19A.2 Using Mobile Doppler Radar Observations to Infer Buoyancy Deficits within Thunderstorm Outflow

Wednesday, 30 August 2017: 10:45 AM
Vevey (Swissotel Chicago)
Abby L. Kenyon, Texas Tech Univ., Lubbock, TX; and C. C. Weiss and G. H. Bryan

Identifying the difference between tornadic and non-tornadic supercells remains an enigmatic challenge to operational forecasters and research meteorologists alike. Although an infallible answer to this question has yet to be discovered, many studies reveal a strong link between the thermodynamic characteristics of the rear flank downdraft (RFD) and tornado formation. It has been shown that non-tornadic and weakly tornadic supercells are associated with RFDs containing large deficits in equivalent and density potential temperature, while strongly tornadic supercells produce RFDs with much weaker deficits of these quantities (and even surpluses). This study proposes that the thermodynamics of an RFD can be directly inferred from radar observations of the vertical structure of the rear flank gust front (RFGF, e.g., as observed with a mobile Doppler radar). Modeling studies have shown that the gust front leading thunderstorm outflow varies in speed and structure due to both the strength of the cold pool as well as the ambient environmental shear. However, there are no studies to the authors’ knowledge that corroborate these results using direct radar observations of the slope and propagation speeds of RFGFs.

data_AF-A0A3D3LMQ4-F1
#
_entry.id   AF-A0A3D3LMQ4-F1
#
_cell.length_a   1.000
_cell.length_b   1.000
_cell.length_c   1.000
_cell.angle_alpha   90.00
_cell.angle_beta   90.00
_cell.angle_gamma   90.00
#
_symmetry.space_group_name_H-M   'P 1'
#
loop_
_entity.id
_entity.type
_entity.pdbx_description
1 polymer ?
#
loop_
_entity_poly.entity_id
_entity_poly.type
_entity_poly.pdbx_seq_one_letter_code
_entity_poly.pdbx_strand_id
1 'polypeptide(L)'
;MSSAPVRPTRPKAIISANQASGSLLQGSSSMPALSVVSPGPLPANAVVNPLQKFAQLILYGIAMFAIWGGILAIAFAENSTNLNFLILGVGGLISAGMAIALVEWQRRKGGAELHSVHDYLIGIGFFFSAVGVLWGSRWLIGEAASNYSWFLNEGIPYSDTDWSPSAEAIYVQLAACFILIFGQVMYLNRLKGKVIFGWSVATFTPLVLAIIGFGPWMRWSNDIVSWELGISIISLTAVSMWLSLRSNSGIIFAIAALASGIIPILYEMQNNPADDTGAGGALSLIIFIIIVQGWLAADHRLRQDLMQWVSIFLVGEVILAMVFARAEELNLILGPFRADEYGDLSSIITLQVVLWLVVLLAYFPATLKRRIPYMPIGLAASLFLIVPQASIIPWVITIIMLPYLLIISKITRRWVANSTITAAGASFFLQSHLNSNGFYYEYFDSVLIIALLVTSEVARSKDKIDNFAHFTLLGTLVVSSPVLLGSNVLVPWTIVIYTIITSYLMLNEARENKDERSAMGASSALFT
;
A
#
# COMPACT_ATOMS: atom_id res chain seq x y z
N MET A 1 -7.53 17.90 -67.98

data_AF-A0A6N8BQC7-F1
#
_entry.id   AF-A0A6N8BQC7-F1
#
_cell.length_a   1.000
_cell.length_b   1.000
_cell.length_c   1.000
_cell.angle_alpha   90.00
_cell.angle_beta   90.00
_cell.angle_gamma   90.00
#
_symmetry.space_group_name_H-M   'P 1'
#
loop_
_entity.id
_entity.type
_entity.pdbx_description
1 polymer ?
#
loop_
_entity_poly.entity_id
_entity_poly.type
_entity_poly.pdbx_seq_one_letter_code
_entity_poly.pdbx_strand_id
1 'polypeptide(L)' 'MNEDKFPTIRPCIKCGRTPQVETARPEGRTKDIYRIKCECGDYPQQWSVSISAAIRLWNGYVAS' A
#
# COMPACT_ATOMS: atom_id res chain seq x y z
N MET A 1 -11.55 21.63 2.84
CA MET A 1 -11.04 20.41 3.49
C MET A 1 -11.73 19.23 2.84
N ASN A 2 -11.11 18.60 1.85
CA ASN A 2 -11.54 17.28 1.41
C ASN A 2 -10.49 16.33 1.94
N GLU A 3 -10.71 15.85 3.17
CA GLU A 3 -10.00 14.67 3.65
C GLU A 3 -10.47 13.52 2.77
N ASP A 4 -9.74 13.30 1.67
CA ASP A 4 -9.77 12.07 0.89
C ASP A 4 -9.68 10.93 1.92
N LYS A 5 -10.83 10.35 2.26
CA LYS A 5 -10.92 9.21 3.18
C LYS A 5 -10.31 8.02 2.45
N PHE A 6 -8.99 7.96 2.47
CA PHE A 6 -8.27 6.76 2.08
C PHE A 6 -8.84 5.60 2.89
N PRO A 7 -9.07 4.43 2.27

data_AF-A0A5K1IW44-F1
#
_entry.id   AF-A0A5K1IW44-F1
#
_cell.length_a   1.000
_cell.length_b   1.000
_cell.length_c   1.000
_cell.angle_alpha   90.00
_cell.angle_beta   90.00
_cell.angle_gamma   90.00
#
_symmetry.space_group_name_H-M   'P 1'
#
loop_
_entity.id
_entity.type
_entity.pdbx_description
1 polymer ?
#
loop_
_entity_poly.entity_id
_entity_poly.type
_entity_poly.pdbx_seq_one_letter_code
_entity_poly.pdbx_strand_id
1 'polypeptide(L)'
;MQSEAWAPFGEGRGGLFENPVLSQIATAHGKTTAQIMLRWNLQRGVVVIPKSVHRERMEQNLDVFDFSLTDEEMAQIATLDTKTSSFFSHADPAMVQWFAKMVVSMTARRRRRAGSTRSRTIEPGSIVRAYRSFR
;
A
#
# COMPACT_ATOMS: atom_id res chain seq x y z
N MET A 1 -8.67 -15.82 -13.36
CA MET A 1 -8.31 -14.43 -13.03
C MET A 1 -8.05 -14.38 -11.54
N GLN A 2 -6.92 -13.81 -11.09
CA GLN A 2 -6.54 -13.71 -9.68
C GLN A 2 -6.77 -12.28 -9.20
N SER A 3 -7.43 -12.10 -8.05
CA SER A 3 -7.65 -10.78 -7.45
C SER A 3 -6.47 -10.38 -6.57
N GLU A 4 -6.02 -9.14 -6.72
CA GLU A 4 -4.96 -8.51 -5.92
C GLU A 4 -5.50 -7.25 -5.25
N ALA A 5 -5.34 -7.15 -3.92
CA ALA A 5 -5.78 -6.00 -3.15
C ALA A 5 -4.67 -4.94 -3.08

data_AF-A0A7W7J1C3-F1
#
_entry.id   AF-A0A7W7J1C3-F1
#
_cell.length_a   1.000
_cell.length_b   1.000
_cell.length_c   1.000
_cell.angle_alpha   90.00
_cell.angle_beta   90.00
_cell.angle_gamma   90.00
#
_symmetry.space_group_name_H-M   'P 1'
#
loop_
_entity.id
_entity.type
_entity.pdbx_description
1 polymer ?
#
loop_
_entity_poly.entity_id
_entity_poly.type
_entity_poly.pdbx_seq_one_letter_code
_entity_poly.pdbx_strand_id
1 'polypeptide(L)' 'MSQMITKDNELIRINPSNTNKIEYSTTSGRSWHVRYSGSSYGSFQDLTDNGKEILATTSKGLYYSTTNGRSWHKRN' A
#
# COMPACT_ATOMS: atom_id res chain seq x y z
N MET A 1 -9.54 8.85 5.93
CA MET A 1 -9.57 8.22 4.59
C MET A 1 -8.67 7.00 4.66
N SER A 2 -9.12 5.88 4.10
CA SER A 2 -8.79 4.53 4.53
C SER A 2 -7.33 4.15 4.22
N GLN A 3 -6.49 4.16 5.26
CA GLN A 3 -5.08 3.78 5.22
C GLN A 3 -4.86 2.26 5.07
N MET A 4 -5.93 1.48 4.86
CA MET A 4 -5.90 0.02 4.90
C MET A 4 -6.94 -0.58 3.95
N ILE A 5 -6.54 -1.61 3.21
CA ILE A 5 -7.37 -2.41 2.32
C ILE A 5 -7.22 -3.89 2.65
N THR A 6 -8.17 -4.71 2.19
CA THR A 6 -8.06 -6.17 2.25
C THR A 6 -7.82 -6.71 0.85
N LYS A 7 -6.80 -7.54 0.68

In several ad-hoc field campaigns focused on the Southern Great Plains, the Texas Tech University Atmospheric Science Group used Ka-band mobile Doppler radars to document the vertical structure of a number of severe thunderstorm outflow events, both from supercells and upscale modes. In each of the cases presented, the outflow was sampled by in situ (e.g., StickNet, Oklahoma/West Texas Mesonet) instrumentation that recorded the thermodynamic state of both the inflow and outflow air. Environmental wind shear during each event is identified using velocity azimuth displays from the NEXRAD WSR-88D in closest proximity to the mobile radar deployment site. Both the thermodynamic characteristics and the shear values from each case are then used to initialize two-dimensional CM1 cold pool simulations with both free-slip and semi-slip boundary conditions to quantify the similarities between observational and theoretical outflow structure and speed.

Two-dimensional free-slip model results reveal an indirect relationship between the slope of a cold pool and its potential temperature deficit in the presence in ambient positive shear. Semi-slip model results reveal a similar relationship, although slope dependence on internal potential temperature deficit lessens in the strongest shear. Horizontal wind output from the semi-slip model is used to create simulated radial velocity plots similar to those seen using a mobile Doppler radar. We will show how features in simulated cold pool structure are visible in observed structure using mobile Ka-band Doppler radars. If applicable, radar RHI observations from the 2017 RiVorS project will be presented to supplement the conclusions.

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